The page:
LONDON (AFP) — British politicians defended the right of Prince Charles to speak his mind on Wednesday after he reportedly compared the actions of Russian President Vladimir Putin in Ukraine to those of Adolf Hitler.
The heir to the throne made the apparently unguarded comment during a trip to a museum in Canada, in private conversation with a Polish-born woman who had fled the Nazis as a child.
“I had finished showing him the exhibit and talked with him about my own family background and how I came to Canada,” 78-year-old Marienne Ferguson told the Daily Mail newspaper.
“The prince then said: ‘And now Putin is doing just about the same as Hitler.’”
The remark made headlines around the world, and Russian media said it threatened to further “complicate” relations between Britain and Moscow.
Charles and Putin are both attending commemorations marking the 70th anniversary of D-Day on June 6, although royal aides said no formal meeting was scheduled.
UK Prime Minister David Cameron declined to comment on a private conversation, but said: “Of course, everyone is entitled to their private opinions.”
Deputy Prime Minister Nick Clegg said the future king was “free to express himself.”
Opposition Labour leader Ed Miliband went even further, saying: “I think he has got a point about President Putin’s actions, and I think he is absolutely entitled to say that there are real concerns about that.”
However, Labour lawmaker Mike Gapes, a member of the House of Commons foreign affairs committee, said the royals “should be seen and not heard.”
“If Prince Charles wants to make controversial statements on national or international issues, he should abdicate and stand for election,” he said on Twitter.
The prince’s office would not confirm the remarks but said he would not have intended to make a political statement.
“We do not comment on private conversations. But we would like to stress that the Prince of Wales would not seek to make a public political statement during a private conversation,” a spokeswoman said.
‘Just a little remark’
The prince reportedly made the remark during a tour of the Canadian Museum of Immigration in Halifax, Nova Scotia, as part of a four-day trip to Canada with his wife Camilla.
Ferguson, who moved to Canada with her Jewish family when she was 13 and who lost relatives in the Holocaust, confirmed her account of their conversation in a later interview with the BBC.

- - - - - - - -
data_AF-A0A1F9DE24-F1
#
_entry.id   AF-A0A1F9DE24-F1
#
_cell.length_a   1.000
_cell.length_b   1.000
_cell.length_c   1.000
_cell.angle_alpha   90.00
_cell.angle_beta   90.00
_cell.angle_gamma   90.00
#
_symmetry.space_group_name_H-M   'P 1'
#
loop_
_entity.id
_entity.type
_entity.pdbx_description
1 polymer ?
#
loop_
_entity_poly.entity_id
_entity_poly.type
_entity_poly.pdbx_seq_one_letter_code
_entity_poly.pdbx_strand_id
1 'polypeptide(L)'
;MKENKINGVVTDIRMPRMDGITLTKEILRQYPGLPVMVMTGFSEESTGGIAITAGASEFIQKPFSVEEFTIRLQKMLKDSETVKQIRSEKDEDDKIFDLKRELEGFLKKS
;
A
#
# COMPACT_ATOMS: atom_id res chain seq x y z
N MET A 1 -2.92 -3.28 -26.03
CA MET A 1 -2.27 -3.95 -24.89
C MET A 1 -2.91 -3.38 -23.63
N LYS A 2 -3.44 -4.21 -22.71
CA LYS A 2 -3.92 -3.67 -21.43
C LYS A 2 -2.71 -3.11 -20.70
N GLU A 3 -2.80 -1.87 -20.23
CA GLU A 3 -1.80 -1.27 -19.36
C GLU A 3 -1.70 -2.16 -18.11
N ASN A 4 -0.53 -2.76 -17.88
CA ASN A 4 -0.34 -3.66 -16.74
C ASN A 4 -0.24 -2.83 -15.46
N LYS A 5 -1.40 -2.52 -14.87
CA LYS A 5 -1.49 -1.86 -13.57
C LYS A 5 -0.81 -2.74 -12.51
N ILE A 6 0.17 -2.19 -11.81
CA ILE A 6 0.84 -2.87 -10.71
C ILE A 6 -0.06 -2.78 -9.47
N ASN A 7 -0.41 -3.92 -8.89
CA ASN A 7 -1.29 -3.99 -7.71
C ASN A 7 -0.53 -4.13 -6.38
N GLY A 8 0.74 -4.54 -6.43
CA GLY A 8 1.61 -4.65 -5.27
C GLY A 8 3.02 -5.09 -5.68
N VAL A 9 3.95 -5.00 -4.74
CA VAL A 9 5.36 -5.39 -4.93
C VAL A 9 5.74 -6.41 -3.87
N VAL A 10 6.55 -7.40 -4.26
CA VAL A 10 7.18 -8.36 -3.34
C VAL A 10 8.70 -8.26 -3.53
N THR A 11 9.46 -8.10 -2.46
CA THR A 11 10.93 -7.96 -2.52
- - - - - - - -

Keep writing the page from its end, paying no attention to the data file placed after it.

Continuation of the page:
She added that it was “just a little remark — I didn’t think it was going to make such a big uproar.”
Members of the royal family by convention do not comment on political affairs, and Queen Elizabeth II is famous for keeping her own counsel.
However, her 65-year-old son Charles has come under criticism in the past for his outspoken remarks about everything from genetically modified food to architecture.
There was no official reaction in Moscow to his comments, but the popular daily Moskovsky Komsomolets said the timing was “badly chosen” ahead of the D-Day commemorations.
On its website, it also said the remarks “risk triggering an international scandal and complicate the already clouded relations between Great Britain and Russia.”
Ties between London and Moscow were plunged into deep freeze following the 2006 murder of Alexander Litvinenko, a Russian dissident, in London.
Relations began to improve in 2011, but the crisis over Ukraine has led to fresh tensions as the United States and the EU imposed sanctions on Russia for its intervention in the former Soviet state.
A spokeswoman for Britain’s Foreign Office told AFP that “it is not for us to comment” on the prince’s remarks.
Former US secretary of state Hillary Clinton made a similar comparison at a private event in March, according to a local newspaper report.
Describing how Moscow justified sending more troops into Crimea as a way to protect Russian speakers from a pro-Western government, Clinton said: “If this sounds familiar, it’s what Hitler did back in the 30s.”
The Russian foreign ministry last month complained to the German ambassador after Finance Minister Wolfgang Schaeuble reportedly drew parallels between Moscow’s annexation of Crimea and Hitler’s aggression in Czechoslovakia on the eve of World War II.